Millions More Patients in Washington Could Soon Have Access to Charity Care

Article Referred by Doug Aldeen

December 15, 2021 at 11:02 am PSTBy Jesse Jones, KIRO 7 News

OLYMPIA, Wash. — Charity care is a necessity for families all over the state and hospitals have written off hundreds of millions of dollars of care to those in need, keeping them from suffering crushing medical debt.

Attorney General Bob Ferguson says that’s not enough and is asking for a massive expansion of these programs.

“And many people are just one paycheck away from having real financial difficulties. And in Washington state we don’t provide enough assistance for medical debt that we should. And we’re trying to change that,” Ferguson said.

Today, only families making up to around $22,000 a year or 100% of the federal poverty level for a family of three are guaranteed a full write-off of hospital costs.

The new law would provide no out of pocket costs for residents making up to 300% of the federal poverty level or $66,000 for the same size family.

The bill also offers discounted costs at 301 to 400% of the federal poverty level.

“It literally would be a couple million Washingtonians would benefit from this bill if the legislature adopts it,” Ferguson said.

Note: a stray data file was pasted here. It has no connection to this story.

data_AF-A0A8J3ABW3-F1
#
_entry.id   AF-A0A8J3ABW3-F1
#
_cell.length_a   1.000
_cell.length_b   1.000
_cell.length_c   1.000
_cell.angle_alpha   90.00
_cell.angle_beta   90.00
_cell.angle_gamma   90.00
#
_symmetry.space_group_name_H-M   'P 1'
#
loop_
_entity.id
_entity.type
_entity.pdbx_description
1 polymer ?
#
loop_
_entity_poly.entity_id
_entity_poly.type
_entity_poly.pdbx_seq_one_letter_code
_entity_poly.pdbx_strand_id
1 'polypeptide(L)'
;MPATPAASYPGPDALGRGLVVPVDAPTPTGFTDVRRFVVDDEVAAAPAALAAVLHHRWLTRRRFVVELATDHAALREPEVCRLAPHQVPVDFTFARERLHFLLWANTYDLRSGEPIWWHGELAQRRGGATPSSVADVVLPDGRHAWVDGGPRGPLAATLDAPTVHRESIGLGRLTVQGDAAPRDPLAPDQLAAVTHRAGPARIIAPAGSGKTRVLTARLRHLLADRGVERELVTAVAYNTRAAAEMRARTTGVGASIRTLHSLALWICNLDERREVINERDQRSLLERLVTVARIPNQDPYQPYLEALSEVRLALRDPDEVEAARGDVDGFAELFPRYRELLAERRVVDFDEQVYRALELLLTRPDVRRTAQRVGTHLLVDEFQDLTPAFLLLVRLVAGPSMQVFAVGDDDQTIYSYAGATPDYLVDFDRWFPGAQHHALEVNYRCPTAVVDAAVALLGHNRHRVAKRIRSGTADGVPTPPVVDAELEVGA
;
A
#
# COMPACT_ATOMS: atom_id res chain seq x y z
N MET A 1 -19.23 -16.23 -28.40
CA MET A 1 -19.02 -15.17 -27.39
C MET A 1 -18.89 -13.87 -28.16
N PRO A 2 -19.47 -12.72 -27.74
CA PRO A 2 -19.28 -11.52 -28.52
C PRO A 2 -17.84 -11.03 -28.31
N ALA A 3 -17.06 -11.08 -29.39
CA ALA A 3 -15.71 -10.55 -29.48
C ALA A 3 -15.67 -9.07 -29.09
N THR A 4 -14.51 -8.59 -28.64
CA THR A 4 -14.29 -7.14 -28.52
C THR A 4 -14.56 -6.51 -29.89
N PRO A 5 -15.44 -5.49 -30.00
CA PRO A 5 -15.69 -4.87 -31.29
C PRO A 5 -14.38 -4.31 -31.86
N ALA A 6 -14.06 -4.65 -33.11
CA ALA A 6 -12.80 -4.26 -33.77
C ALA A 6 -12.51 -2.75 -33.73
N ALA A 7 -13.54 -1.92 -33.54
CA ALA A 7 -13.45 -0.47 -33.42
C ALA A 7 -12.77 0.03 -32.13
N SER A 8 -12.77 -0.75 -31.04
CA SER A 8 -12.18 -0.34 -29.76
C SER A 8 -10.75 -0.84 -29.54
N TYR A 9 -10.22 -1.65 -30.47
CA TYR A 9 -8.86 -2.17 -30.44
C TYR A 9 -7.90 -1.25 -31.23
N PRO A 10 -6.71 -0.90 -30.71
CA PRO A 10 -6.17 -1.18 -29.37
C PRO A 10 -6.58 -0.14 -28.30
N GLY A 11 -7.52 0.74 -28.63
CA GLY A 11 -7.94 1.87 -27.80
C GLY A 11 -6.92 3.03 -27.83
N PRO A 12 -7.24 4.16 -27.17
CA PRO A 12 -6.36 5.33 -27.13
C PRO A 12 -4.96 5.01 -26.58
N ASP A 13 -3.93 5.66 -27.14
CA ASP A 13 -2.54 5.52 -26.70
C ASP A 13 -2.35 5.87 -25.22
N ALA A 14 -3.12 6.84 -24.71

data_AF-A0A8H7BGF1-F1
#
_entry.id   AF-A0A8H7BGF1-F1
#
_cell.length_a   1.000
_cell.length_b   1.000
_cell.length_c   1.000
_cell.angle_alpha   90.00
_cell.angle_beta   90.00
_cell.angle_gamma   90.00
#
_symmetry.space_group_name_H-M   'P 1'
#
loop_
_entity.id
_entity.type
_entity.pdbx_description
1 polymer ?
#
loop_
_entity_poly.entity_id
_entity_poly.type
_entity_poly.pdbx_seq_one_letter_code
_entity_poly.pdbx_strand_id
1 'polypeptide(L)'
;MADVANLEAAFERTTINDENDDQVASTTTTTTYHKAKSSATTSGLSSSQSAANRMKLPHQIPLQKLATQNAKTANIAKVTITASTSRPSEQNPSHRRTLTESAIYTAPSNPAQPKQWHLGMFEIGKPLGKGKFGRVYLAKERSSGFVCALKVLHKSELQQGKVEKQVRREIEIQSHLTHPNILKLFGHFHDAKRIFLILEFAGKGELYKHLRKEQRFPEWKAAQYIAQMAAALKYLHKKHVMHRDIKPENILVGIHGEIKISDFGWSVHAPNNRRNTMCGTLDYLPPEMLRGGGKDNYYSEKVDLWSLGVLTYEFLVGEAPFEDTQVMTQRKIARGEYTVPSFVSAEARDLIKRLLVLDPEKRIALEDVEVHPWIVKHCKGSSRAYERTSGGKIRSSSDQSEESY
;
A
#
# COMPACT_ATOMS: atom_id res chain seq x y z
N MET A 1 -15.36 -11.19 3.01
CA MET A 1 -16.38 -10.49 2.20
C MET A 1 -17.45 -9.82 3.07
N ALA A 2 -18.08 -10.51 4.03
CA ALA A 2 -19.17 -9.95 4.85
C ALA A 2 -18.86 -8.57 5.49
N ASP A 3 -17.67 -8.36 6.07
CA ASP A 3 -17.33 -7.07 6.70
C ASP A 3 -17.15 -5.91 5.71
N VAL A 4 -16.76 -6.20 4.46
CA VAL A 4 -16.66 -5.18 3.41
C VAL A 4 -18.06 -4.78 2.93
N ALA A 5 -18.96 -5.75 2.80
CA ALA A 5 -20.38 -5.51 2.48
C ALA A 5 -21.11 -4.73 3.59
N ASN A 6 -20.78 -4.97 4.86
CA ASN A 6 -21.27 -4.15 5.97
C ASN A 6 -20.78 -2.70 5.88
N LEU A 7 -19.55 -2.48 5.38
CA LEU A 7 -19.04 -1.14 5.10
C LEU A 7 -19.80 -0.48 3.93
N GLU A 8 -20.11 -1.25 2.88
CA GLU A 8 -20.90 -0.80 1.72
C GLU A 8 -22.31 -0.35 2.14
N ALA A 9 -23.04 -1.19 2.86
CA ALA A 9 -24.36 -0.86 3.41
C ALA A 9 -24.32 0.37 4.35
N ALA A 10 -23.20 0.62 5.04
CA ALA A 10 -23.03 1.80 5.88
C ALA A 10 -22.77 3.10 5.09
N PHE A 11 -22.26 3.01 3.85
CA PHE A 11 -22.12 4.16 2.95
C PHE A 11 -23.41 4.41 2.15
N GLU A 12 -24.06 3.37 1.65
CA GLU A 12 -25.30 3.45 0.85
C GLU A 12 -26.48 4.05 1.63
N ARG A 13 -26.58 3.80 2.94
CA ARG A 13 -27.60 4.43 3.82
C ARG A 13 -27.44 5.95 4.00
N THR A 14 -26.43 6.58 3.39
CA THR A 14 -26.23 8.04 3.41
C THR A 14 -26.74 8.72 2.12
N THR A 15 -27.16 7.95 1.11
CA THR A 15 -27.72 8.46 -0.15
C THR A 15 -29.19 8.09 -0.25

But this all comes with a cost. Hospitals in this state already write off more than $180 million in charity care each year.

‘There is no reimbursement for charity care. This is fully covered by hospitals. There, this is fully covered by hospitals. There aren’t any programs that will reimburse for this. Insurers do not have to cover any portion of this,” said Beth Zborowski with the Washington Hospital Association.

Zborowski is concerned the change could cause some residents to stop purchasing health insurance

“We also have concerns that it might disincentive people from seeking insurance at all. And that then could make what is supposed to be a safety net program in fact the option that people use to get access to healthcare,” Zborowski said.

The group is also worried about an unfair financial balance between the earning differences in urban and rural areas.

“I think the risk more for this proposal and this expansion is to the services that rural hospitals are able to offer in their communities. If they are doing more free and reduced care they may have to look at cutting other community benefit programs. Or other services that are not financially viable for them,” Zborowski said.

Everyone at KIRO 7 is well aware of medical debt. Three years ago, the station and viewers through their generous donations eliminated more than $3 million in medical debt for people in our region.

The Washington Hospital Association supports many of the ideas found in the bill-but the group will ask for changes.

Ferguson says he’s willing to talk.

But what residents tell me they want is affordable health care for everyone.

“Of course. I mean look anything you do that is going to be meaningful relief is going to have opposition. But you know what, it’s my hope this has strong bipartisan support because guess what Jesse. Every elected official has thousands of constituents that face medical debt and this would provide real relief,” Ferguson said.